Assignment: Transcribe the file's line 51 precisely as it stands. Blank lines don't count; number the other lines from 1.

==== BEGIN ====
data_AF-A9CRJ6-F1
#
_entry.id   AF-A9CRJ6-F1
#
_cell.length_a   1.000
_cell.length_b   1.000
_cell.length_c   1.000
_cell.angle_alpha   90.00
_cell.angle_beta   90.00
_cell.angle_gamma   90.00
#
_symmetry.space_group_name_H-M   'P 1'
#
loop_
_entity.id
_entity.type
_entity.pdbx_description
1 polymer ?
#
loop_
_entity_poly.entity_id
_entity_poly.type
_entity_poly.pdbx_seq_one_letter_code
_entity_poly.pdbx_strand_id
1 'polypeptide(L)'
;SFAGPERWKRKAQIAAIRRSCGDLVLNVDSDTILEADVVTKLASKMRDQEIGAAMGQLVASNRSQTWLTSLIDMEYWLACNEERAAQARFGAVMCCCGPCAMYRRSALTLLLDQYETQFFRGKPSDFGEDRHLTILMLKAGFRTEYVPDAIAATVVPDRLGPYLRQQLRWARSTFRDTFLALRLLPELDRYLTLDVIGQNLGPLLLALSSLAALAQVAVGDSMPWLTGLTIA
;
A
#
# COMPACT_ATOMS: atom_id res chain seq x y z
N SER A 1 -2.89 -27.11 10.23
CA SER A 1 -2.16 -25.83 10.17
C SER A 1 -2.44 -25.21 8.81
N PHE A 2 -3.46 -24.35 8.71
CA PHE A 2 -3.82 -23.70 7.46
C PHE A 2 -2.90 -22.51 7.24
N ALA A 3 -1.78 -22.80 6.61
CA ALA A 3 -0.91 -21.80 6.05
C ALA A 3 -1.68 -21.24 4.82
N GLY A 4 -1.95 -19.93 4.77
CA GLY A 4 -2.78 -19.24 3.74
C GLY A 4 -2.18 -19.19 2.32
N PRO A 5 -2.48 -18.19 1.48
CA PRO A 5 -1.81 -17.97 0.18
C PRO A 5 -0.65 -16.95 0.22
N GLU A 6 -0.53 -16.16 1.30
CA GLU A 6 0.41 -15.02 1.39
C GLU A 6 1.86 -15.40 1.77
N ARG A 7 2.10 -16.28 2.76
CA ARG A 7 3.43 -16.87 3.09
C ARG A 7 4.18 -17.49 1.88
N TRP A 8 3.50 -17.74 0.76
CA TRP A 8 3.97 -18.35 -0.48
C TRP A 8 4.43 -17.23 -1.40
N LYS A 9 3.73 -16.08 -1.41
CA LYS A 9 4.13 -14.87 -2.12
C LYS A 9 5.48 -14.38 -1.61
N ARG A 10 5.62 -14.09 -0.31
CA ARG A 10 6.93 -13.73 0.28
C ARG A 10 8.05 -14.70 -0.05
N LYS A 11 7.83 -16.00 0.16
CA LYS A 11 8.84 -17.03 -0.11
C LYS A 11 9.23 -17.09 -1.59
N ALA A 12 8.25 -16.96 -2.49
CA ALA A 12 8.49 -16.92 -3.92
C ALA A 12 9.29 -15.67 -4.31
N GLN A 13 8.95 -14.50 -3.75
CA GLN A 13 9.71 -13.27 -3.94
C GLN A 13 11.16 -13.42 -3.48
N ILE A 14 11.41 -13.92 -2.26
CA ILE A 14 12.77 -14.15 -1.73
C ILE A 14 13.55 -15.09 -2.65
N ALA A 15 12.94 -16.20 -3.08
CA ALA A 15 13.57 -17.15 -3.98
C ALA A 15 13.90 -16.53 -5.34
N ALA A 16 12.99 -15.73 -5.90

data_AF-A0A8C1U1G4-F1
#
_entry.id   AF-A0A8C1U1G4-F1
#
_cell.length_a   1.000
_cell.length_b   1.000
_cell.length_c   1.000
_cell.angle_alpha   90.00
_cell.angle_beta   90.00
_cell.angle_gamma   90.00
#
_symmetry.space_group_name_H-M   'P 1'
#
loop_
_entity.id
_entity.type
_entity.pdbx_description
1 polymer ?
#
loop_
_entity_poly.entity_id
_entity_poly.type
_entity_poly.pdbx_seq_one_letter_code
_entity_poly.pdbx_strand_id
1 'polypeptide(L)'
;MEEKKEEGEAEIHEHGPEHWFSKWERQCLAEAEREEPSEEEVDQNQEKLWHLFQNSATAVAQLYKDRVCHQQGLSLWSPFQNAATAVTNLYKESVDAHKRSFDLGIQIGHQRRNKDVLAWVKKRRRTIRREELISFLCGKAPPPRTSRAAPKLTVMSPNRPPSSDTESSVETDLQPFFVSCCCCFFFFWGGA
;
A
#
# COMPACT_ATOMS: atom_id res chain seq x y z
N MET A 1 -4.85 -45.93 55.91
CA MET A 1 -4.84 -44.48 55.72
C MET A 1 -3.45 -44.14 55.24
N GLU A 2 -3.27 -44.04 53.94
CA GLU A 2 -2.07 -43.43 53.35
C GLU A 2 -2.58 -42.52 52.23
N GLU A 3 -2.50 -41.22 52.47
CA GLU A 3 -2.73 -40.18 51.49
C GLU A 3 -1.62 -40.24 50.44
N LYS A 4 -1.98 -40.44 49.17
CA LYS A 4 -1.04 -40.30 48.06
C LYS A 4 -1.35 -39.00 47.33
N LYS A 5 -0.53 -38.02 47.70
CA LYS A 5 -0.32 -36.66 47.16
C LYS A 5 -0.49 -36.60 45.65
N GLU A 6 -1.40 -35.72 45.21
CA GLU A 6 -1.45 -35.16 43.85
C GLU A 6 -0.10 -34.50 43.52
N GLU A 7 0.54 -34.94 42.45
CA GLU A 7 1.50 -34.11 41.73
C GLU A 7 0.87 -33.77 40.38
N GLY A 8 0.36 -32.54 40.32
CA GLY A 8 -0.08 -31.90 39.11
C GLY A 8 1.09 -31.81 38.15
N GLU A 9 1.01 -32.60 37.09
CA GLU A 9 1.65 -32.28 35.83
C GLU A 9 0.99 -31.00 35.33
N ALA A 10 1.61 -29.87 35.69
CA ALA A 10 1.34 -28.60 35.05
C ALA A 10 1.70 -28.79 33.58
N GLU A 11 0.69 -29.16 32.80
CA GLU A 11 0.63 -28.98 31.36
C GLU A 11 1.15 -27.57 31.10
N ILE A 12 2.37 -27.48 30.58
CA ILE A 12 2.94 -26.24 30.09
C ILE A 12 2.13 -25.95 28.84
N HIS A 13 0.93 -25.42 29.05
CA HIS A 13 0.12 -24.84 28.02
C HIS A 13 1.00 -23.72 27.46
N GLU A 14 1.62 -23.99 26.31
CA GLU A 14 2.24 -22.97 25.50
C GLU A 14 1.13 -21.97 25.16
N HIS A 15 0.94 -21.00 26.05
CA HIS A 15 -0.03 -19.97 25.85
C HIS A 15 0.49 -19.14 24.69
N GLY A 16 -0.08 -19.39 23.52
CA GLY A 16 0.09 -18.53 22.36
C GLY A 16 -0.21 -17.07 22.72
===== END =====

C ARG A 7 4.18 -17.49 1.88